The idyllic country house par excellence.
A small hamlet near Blandings Castle. The people of the village enjoy much revelry at the annual School Treat, held on August Bank Holiday every year in the grounds of the Castle, much to Lord Emsworth's horror (not only does his garden become an inferno of children, tents and paper bags, but he is required to wear a top hat and make a speech). Blandings Parva is also known for taking in children from London in need of fresh air, such as Gladys and her brother Ern.
Brinkley is also the residence of the Travers' children Angela and Bonzo. Besides Bertie and Jeeves, it regularly hosts a number of guests, including Mr. Anstruther, Sebastian Moon, and Thomas, son of Dahlia's sister Agatha. Brinkley's butler is named Seppings and its chauffeur Waterbury, but its most famous domestic employee is, without doubt, the supremely gifted French chef Anatole.
Bumpleigh Hall is a fictional location, being the seat of Bertie Wooster's Uncle Percy Craye, Lord Worplesdon, and Aunt Agatha, nearby the rural village of Steeple Bumpleigh, Hampshire. Usual residents include Florence Craye and Edwin Craye.
In Joy in the Morning (1946), Steeple Bumpleigh and Bumpleigh Hall are the main theatre of the action.
Chuffy Chuffnell's house
See Dreever Castle below.
The country seat of Dame Daphne Winkworth, a formidable old harridan, friend of Bertie Wooster's Aunt Agatha. It is a large, Tudor manor, located in South Hampshire, in the village of Kings Deverill and is also home to Dame Daphne's sisters, Emmeline, Charlotte, Myrtle and Harriet, as well as her pretty daughter Gertrude.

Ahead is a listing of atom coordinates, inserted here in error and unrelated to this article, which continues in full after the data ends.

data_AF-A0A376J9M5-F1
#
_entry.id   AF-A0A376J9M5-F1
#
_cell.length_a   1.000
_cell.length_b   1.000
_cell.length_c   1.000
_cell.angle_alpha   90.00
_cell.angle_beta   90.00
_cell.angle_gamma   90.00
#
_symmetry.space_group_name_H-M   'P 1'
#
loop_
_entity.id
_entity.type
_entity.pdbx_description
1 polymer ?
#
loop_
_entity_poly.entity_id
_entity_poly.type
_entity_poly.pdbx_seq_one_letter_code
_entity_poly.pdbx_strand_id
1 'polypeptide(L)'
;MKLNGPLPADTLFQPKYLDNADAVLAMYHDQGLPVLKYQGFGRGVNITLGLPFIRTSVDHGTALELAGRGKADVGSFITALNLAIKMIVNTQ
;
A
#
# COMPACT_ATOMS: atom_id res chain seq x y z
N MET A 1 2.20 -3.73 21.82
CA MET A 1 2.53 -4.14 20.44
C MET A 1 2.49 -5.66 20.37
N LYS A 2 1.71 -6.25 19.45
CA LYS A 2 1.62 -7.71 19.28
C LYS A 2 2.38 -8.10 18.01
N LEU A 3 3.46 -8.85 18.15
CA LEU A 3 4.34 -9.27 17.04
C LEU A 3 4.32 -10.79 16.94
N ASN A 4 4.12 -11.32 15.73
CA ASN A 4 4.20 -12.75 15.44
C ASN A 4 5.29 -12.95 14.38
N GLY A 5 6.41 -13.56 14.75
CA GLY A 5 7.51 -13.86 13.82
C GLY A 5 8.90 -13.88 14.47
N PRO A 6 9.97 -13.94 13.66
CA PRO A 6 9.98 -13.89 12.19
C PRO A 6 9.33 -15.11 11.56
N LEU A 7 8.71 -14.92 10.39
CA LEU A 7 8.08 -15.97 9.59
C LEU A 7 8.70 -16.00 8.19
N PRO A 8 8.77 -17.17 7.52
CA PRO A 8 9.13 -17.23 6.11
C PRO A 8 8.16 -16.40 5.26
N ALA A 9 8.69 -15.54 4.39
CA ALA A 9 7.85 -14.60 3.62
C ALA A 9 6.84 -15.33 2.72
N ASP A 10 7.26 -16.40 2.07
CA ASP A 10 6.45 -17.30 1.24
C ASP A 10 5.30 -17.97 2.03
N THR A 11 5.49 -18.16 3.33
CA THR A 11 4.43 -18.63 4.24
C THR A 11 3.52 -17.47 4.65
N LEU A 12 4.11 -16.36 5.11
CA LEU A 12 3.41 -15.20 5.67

Jeeves's uncle Charlie Silversmith is butler at Deverill. Bertie Wooster has been to stay there on a couple of occasions, but is not a particularly welcome guest and is usually sent back to London prior to the arranged date of departure, due to some silly scrape he has got himself into.
Residence of the Glossops.
Setting of much of A Gentleman of Leisure, Dreever is a large old place in Shropshire, with heavy grey walls to defend against Welsh marauders, but a comfortable interior. It is owned by Spennie Dreever, but run by his rich uncle Sir Thomas Blunt. One of the oldest and grandest houses in England, Dreever is famed for an old ghost story, handed down from generation to generation. There is a picturesque rose-garden, and a lake with an island, ideal for young lovers.
In The Gem Collector, an earlier version of the story, the house is called Corven Abbey, and owned by former New York policeman McEachern.
An inn on the High Street in Market Blandings, the Emsworth serves fine ale and makes an ideal meeting-place for conspirators not wishing to be overheard, as well as providing accommodation for anyone wishing to be near Blandings Castle but lacking an invitation.